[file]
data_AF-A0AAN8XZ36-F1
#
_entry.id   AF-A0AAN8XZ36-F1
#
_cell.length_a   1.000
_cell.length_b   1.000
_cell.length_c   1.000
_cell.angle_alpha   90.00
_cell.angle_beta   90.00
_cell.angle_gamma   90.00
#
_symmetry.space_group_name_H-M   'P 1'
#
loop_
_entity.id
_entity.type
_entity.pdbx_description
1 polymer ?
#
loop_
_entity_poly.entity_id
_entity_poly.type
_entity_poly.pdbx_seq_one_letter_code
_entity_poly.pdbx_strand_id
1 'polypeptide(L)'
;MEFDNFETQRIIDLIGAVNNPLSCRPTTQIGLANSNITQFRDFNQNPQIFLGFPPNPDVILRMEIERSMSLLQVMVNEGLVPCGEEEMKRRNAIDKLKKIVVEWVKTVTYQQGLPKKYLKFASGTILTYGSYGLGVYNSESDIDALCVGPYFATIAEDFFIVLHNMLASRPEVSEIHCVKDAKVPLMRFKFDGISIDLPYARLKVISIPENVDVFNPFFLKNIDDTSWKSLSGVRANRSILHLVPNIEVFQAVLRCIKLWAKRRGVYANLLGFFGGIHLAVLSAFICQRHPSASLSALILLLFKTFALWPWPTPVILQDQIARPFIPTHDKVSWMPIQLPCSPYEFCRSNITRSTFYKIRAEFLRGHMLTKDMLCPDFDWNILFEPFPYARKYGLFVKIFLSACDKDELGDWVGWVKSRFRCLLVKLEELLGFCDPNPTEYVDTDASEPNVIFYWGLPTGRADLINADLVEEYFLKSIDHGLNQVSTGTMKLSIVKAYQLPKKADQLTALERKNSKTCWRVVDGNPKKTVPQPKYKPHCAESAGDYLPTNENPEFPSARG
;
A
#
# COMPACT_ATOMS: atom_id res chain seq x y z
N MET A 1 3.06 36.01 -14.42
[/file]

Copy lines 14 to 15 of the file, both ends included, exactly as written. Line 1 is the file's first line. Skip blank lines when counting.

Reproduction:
loop_
_entity.id